Afghanistan’s final Jew leaves after Taliban takeover


The final member of Afghanistan’s Jewish group has left the nation following the Taliban takeover, an Israeli-American businessman who organised his evacuation advised AFP on Thursday.

Zebulon Simentov started his journey out of Afghanistan on Friday and arrived in a “neighbouring nation” Wednesday, mentioned Moti Kahana, who runs a US-based personal safety agency.

For many years, Simentov refused to depart Afghanistan — surviving a Soviet invasion, lethal civil battle, brutal rule by the Taliban and the US-led occupation of his homeland.

Having already endured the Taliban’s regime from 1996 to 2001, Simentov was reluctant to go when Kahana’s safety group arrived 10 days earlier than his departure.

“At the moment, he didn’t wish to come out,” mentioned Kahana, who defined to Simentov that he was liable to being killed by Islamic State-Khorasan militants.

“However he listened and I believe he got here to the conclusion himself,” Kahana recalled.

Simentov requested Kahana if they may additionally take his “greatest good friend” and their youngsters, so 29 neighbours joined him on the journey out.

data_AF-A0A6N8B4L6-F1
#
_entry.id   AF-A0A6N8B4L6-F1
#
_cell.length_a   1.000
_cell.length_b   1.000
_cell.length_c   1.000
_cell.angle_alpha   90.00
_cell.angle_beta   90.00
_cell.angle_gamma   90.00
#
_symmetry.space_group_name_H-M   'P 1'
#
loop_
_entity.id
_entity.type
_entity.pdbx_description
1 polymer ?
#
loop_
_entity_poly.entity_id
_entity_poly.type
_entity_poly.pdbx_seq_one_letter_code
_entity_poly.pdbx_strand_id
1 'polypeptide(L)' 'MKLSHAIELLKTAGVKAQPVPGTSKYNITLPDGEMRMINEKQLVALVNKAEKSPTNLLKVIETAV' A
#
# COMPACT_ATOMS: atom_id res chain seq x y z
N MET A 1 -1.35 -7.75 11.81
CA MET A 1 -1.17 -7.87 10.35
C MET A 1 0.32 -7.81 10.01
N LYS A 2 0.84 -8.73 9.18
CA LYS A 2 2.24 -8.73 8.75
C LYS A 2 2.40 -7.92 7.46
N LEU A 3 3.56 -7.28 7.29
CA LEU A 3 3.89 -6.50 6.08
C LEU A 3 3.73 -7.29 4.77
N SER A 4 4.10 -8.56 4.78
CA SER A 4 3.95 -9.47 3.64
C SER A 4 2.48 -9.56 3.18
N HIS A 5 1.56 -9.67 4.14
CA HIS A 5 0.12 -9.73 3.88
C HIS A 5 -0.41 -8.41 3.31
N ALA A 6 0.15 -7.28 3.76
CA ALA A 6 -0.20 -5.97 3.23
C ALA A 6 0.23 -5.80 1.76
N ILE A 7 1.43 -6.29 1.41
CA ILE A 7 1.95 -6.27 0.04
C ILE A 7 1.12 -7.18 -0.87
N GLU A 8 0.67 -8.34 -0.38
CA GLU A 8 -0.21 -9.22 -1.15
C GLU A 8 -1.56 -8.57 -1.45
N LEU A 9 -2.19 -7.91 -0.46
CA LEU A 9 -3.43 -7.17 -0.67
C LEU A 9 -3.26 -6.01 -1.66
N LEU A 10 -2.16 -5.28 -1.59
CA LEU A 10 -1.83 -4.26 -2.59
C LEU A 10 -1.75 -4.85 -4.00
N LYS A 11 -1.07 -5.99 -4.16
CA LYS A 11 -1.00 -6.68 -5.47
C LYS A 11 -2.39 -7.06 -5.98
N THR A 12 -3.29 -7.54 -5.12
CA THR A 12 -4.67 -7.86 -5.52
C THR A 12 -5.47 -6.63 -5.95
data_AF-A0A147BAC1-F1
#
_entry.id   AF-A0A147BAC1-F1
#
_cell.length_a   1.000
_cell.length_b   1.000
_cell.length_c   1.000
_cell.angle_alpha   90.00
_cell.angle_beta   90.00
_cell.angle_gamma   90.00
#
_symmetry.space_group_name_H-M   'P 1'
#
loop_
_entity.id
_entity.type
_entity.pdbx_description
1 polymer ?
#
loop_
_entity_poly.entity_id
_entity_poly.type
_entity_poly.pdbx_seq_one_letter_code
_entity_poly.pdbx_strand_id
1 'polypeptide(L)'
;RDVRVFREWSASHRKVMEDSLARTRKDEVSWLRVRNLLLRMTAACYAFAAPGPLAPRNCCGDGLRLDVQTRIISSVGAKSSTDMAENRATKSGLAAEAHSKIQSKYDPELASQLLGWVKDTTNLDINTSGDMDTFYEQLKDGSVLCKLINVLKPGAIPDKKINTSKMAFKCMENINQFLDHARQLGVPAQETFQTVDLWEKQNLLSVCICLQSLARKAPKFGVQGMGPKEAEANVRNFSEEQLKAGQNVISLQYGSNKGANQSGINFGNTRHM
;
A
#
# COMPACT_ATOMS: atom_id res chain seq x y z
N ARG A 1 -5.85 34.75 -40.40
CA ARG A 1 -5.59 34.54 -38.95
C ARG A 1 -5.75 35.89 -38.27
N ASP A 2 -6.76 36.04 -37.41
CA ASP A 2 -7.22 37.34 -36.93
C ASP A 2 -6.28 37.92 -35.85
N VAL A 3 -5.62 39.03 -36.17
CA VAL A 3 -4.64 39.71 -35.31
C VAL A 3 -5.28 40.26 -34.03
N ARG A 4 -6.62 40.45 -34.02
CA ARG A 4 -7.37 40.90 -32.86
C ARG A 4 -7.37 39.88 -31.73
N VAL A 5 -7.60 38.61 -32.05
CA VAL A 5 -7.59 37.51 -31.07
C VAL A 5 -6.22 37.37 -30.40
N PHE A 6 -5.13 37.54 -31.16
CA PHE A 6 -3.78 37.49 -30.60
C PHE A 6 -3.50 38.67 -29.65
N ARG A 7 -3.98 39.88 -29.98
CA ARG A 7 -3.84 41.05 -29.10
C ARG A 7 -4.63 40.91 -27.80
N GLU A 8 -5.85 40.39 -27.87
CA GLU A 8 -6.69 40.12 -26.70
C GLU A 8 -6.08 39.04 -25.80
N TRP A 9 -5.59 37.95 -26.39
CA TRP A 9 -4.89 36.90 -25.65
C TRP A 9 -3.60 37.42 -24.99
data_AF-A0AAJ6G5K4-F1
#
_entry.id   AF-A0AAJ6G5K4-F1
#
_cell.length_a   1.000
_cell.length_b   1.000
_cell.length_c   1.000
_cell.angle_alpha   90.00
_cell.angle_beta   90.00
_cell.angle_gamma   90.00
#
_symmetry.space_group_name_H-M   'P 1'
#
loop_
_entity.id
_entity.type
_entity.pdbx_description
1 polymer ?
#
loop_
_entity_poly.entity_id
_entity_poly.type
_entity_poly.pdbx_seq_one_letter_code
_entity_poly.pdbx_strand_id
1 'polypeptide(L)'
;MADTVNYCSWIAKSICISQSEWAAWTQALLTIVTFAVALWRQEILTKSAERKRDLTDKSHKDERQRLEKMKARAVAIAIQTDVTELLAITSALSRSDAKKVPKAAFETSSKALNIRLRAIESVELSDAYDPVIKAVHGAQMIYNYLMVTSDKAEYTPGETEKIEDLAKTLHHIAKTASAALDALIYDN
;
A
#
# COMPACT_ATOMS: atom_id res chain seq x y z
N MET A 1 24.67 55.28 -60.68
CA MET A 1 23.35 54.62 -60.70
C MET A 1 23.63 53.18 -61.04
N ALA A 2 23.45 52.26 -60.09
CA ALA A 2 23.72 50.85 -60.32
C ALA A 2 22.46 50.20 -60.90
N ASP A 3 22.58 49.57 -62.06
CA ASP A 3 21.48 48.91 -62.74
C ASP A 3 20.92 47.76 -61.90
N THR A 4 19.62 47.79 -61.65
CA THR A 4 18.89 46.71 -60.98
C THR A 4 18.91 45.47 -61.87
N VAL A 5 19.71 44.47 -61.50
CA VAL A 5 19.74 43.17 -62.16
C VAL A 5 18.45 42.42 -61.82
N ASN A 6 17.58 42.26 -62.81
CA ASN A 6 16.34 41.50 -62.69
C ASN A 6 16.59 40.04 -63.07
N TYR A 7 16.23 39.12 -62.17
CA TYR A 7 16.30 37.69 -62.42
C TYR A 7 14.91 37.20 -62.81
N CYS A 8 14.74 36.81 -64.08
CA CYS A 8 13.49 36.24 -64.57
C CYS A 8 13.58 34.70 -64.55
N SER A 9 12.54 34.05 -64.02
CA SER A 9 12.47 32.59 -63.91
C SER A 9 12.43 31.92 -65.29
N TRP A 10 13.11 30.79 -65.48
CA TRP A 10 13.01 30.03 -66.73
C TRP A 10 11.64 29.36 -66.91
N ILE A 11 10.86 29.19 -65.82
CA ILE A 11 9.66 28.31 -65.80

Kahana mentioned that Simentov has household in New York and plans to hitch them there quickly, hopefully across the Yom Kippur vacation subsequent week.

Additionally learn: Afghanistan’s final Jew eyes exit forward of Taliban return

“He is undoubtedly coming,” Kahana added.

Born within the Nineteen Fifties within the western metropolis of Herat, Simentov moved to Kabul throughout the Soviet invasion within the early Nineteen Eighties for the capital then relative stability.

Over the a long time, all Simentov’s family left — together with his spouse and two daughters.

He continued to mark Jewish new 12 months Rosh Hashanah and Yom Kippur at Kabul’s solely synagogue.

“I’ve resisted. I’ve made the faith of Moses proud right here,” he advised AFP throughout an interview earlier this 12 months.

Jews lived in Afghanistan for greater than 2,500 years, with tens of 1000’s as soon as residing in Herat, the place 4 synagogues nonetheless stand — testimony to the group’s historical presence.

However they’ve steadily left the nation because the nineteenth century, with many now residing in Israel.

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